US 5517086 A
A modified valley fill circuit, including a main ballasting inductor for supplying an electrolytic capacitor, has an additional charging winding on the main ballasting inductor for charging the electrolytic capacitor to a predetermined voltage which maximizes the power factor of the input current by optimizing the conduction angle of the input current. In a discharge lamp ballast, the modified valley fill circuit reduces the lamp current crest factor by controlling the frequency with a lamp current control loop.
1. A ballast for a discharge lamp, comprising:
a rectifier for receiving an ac line voltage and providing a rectified voltage on a dc voltage bus;
a half-bridge configuration of switching devices coupled across said dc voltage bus;
an energy-storage capacitance coupled to said dc bus by a diode;
a resonant output circuit comprising a ballast inductor connected to a junction between said switching devices of said half-bridge and a resonant capacitance, said lamp being connected in parallel with said resonant capacitance, said ballast inductor comprising an additional winding thereon for supplying said energy storage capacitance, said additional winding having a turns ratio with respect to turns of said inductor which is selected to maintain the voltage across said energy-storage capacitance at less than half the peak line voltage in order to optimize conduction time of said rectifier and thereby maximize input power factor; and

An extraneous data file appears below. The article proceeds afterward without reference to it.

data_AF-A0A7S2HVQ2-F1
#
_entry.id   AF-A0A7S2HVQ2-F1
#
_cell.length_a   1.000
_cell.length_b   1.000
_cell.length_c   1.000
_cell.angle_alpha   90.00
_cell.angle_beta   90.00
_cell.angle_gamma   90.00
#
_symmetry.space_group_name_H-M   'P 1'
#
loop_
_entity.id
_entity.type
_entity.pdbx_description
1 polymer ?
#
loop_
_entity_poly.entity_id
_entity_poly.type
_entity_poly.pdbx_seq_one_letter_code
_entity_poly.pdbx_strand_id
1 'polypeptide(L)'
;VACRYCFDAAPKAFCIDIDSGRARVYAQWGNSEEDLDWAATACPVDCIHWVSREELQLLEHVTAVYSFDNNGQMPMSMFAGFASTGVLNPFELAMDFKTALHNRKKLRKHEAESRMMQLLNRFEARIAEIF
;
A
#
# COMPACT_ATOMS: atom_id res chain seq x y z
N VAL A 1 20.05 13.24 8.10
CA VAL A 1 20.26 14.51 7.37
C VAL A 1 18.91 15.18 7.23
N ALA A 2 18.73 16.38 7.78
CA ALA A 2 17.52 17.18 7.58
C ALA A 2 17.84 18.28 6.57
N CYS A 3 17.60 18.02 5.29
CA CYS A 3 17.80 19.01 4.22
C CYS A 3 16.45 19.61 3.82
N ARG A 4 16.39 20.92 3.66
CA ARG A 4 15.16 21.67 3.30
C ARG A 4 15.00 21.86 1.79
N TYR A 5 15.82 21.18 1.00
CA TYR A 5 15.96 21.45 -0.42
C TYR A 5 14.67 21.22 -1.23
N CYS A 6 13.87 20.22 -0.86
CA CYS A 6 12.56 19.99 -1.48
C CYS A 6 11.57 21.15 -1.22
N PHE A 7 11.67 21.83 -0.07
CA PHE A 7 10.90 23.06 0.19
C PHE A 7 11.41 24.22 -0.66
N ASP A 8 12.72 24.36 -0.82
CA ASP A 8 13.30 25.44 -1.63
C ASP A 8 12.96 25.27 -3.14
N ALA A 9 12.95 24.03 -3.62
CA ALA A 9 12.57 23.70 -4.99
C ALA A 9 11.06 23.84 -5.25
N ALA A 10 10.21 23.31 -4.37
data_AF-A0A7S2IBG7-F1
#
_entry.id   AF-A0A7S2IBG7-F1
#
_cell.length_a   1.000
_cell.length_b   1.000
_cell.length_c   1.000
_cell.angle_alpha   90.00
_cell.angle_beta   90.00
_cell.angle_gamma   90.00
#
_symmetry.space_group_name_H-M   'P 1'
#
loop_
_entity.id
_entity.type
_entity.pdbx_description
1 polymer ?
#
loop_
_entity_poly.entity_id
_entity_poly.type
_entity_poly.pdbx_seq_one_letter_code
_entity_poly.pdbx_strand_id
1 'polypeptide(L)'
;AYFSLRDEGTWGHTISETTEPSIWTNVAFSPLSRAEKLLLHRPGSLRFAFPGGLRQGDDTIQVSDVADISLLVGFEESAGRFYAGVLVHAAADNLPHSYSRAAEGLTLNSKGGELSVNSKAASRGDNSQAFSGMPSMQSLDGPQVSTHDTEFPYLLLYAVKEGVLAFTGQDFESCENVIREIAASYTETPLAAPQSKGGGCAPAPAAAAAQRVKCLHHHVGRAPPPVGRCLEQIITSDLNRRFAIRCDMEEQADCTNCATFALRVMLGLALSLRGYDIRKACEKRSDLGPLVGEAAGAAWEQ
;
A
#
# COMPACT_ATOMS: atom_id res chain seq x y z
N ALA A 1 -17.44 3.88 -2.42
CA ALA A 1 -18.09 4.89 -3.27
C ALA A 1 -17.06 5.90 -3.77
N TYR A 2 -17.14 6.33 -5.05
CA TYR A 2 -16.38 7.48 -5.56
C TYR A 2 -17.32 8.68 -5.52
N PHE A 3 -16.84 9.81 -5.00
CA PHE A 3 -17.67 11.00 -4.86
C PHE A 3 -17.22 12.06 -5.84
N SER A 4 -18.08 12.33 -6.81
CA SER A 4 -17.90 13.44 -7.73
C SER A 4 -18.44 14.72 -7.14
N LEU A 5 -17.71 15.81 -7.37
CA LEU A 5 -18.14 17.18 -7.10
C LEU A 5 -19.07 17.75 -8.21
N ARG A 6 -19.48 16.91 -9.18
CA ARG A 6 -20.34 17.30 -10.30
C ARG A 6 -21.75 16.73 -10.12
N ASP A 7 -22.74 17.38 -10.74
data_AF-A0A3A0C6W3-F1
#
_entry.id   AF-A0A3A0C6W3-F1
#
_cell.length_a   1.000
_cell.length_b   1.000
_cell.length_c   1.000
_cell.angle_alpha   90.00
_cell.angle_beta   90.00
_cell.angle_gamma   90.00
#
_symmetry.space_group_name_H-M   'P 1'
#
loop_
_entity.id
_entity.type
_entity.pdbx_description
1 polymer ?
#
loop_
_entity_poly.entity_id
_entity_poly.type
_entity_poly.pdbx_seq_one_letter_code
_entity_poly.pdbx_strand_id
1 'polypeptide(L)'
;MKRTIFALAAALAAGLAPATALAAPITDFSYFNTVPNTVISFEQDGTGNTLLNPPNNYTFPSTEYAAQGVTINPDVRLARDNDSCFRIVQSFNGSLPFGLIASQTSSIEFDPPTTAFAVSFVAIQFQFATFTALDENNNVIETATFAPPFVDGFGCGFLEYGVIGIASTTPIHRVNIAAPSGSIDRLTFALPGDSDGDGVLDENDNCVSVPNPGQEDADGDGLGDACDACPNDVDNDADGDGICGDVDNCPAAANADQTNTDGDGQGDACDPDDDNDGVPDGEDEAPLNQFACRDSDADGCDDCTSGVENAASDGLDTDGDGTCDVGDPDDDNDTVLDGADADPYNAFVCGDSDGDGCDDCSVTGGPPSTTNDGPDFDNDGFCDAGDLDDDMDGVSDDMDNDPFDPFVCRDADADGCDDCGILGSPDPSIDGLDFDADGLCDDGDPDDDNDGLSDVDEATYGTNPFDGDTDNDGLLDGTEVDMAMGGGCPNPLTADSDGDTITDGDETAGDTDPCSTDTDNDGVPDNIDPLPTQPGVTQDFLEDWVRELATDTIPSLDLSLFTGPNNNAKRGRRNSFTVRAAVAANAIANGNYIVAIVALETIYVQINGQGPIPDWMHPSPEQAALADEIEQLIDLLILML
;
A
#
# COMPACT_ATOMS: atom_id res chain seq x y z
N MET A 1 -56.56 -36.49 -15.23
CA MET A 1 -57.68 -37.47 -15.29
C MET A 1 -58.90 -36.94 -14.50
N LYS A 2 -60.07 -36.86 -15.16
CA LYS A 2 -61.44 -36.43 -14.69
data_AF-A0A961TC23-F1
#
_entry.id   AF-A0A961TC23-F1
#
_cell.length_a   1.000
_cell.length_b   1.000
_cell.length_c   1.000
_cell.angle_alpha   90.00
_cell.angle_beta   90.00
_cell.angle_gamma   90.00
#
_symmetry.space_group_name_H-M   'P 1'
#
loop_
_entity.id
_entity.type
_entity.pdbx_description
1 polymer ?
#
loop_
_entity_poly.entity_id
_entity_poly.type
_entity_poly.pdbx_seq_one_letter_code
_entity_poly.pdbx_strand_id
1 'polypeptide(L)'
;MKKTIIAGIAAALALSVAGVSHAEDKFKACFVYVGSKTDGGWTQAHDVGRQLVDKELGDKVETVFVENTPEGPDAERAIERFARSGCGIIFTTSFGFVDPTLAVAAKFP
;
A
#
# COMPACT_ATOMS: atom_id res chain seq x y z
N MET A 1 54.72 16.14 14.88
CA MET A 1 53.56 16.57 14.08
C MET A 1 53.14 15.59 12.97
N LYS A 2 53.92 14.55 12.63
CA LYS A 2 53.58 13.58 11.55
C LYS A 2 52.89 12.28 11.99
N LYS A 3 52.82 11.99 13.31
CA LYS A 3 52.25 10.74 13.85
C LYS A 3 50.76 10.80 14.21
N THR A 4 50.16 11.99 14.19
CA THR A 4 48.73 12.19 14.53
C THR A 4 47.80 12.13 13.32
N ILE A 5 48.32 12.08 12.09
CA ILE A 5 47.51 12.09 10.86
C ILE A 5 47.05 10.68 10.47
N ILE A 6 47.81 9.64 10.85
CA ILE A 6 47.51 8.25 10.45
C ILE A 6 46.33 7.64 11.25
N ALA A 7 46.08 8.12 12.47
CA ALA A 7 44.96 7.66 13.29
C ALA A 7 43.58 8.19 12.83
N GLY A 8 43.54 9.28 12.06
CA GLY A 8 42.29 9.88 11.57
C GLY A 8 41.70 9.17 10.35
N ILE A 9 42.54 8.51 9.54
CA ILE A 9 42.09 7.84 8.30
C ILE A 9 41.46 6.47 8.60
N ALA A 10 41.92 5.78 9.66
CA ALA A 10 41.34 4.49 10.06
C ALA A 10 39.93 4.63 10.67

a current feedback loop comprising frequency control for maintaining current through said lamp substantially constant.
2. The ballast of claim 1 wherein the voltage across said energy-storage capacitance is maintained at approximately 0.38 times the peak line voltage.
3. The ballast of claim 1 wherein said current feedback loop comprises a fixed duty ratio, variable frequency, square wave generator.
4. The ballast of claim 3 wherein said fixed duty ratio, variable frequency, square wave generator comprises a current-controlled square wave generator, said current-controlled square wave generator comprising a current sensor for sensing current through said lamp.
5. The ballast of claim 4 wherein said current sensor comprises a current sense resistor.